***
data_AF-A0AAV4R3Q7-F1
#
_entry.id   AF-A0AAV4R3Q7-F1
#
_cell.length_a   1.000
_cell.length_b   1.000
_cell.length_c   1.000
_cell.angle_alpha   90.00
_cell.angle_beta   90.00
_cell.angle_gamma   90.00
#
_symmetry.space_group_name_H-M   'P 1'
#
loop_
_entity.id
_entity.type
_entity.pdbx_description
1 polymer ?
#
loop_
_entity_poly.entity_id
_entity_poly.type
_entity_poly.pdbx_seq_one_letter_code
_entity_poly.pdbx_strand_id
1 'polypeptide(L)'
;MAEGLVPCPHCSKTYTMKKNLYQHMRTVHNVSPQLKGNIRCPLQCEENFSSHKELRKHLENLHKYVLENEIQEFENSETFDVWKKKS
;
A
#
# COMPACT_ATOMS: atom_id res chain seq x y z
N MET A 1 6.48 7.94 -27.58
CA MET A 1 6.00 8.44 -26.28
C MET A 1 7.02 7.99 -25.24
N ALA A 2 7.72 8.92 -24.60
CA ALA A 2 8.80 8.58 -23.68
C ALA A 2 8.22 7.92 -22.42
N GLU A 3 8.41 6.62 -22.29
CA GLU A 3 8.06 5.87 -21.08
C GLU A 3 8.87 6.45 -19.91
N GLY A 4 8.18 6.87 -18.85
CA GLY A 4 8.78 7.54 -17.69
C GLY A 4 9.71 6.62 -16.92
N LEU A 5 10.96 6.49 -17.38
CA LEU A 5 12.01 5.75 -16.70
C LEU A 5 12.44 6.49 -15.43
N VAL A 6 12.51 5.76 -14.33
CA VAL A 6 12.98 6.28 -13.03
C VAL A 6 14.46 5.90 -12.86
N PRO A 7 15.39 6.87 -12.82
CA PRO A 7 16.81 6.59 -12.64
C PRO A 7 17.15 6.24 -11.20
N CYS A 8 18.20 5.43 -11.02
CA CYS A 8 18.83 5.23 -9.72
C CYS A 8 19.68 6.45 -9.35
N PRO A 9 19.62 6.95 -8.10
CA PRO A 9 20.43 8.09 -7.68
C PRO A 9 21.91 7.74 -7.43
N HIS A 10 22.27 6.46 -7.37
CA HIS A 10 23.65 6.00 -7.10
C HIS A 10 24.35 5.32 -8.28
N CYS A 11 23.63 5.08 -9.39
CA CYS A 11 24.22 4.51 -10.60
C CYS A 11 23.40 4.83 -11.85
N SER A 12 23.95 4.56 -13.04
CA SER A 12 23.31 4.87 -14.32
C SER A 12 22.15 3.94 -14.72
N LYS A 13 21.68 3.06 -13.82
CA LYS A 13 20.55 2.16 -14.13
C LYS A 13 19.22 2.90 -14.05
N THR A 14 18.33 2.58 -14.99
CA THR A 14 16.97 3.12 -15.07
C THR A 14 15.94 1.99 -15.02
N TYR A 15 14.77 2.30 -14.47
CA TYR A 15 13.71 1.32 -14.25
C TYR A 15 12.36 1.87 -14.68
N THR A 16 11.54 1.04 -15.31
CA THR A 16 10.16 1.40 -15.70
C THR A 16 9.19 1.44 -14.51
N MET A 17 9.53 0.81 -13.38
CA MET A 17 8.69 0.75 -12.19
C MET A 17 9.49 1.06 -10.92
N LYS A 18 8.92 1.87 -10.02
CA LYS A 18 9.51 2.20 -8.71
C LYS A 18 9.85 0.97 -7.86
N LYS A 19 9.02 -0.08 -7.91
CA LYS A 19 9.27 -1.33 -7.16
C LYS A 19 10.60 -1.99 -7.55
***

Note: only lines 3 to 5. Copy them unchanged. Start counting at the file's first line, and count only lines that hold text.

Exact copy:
_entry.id   AF-A0AAV4R3Q7-F1
#
_cell.length_a   1.000